Entitlements and government safety-net programs provide income, health, education or other forms of assistance (either cash or in-kind benefits) to individuals, families and households. These government programs provide individuals with personal financial or in-kind benefits to which potential beneficiaries have a legal right whenever they meet eligibility conditions specified by the law authorizing the program.
This AARP Public Policy Institute Data Digest examines the distribution of work-related and need-related benefits among American families in 2004.
- Work-related benefit programs are based on the past work of individuals or families. The most common and best-known of these are Social Security (Old-Age, Survivors and Disability Insurance) and Medicare (Hospital Insurance and Supplemental Medical Insurance for the elderly and disabled). Other work-related programs include government pension plans, Unemployment Compensation UC), Workers’ Compensation (WC), and some veterans benefits.
- Need-related (or means-tested) benefit programs provide assistance based on the financial need of individuals or families whose income and assets fall below a specified dollar amount. These programs are often restricted to certain categories of people – generally those who are aged, blind and/or disabled. Some of the best-known programs include Supplemental Security Income (SSI) for needy aged, blind, and disabled persons; Medicaid providing medical assistance and long-term care for poor people; food stamps for low-income households, and Temporary Assistance for Needy Families (TANF) providing cash assistance for low-income families.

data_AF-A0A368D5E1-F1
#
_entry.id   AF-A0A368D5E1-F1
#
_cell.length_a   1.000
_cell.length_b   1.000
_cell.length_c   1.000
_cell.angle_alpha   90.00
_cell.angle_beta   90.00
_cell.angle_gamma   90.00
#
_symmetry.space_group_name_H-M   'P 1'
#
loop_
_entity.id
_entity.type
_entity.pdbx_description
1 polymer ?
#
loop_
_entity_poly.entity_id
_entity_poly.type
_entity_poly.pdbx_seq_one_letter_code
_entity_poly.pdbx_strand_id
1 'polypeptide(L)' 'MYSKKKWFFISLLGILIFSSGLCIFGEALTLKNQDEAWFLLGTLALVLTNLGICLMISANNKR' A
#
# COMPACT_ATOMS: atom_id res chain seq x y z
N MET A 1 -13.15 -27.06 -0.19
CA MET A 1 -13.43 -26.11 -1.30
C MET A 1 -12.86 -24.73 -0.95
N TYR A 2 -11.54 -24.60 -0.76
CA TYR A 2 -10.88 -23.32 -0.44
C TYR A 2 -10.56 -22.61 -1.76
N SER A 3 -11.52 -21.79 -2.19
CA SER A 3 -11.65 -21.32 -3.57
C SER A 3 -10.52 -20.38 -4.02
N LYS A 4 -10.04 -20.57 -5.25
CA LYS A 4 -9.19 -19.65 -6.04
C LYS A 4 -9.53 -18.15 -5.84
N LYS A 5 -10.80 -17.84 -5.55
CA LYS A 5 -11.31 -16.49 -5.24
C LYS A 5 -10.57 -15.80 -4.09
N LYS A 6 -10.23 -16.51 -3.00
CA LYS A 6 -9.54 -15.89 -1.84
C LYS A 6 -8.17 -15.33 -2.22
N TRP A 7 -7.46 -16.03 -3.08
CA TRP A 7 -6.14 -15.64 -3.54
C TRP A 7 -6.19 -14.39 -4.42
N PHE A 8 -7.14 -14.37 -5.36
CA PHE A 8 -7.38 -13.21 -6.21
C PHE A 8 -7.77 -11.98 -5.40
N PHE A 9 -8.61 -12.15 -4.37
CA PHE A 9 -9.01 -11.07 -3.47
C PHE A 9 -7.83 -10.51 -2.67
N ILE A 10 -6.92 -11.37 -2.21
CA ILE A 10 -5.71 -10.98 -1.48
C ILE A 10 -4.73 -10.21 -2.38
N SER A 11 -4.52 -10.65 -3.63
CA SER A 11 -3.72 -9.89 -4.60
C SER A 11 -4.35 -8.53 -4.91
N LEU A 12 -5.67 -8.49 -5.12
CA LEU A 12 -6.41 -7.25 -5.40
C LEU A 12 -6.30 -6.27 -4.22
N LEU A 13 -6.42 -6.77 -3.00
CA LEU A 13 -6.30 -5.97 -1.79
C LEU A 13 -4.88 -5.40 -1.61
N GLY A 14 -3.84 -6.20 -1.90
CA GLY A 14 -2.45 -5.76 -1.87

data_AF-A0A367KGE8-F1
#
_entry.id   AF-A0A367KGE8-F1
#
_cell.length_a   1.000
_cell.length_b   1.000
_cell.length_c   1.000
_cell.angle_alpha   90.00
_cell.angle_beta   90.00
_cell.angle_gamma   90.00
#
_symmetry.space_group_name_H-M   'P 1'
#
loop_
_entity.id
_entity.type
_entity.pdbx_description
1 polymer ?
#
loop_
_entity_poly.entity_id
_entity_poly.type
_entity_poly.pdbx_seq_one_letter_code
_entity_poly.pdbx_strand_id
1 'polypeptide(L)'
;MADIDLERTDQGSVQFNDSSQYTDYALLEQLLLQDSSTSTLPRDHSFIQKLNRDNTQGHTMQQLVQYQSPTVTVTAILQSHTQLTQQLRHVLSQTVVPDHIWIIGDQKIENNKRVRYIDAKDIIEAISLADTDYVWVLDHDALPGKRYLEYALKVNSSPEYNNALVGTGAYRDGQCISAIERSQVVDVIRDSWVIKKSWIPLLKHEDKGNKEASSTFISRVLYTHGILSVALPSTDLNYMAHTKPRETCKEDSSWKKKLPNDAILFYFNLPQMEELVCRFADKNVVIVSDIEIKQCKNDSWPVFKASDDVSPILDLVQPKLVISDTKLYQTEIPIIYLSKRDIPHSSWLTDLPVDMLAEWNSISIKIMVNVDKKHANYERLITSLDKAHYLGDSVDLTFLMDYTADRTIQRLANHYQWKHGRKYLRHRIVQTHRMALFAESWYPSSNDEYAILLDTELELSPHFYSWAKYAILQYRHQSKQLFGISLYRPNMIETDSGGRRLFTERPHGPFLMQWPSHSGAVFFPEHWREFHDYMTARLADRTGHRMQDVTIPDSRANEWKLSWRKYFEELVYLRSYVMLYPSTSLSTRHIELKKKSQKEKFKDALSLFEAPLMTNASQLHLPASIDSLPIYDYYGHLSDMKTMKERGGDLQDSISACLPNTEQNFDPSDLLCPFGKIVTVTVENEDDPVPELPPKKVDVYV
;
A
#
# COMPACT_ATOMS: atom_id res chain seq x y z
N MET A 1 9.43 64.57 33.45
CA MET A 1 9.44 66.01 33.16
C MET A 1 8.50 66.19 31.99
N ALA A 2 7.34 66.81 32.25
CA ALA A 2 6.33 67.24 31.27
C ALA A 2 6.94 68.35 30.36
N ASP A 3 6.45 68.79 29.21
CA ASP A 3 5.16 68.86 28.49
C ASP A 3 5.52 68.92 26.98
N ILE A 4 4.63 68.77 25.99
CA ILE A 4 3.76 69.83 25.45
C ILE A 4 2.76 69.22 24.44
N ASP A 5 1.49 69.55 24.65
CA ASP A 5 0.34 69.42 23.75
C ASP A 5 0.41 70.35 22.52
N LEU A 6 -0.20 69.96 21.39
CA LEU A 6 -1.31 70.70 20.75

While most older Americans are covered by Social Security and Medicare, need-related government programs are still important for older Americans who are poor. (8 pages)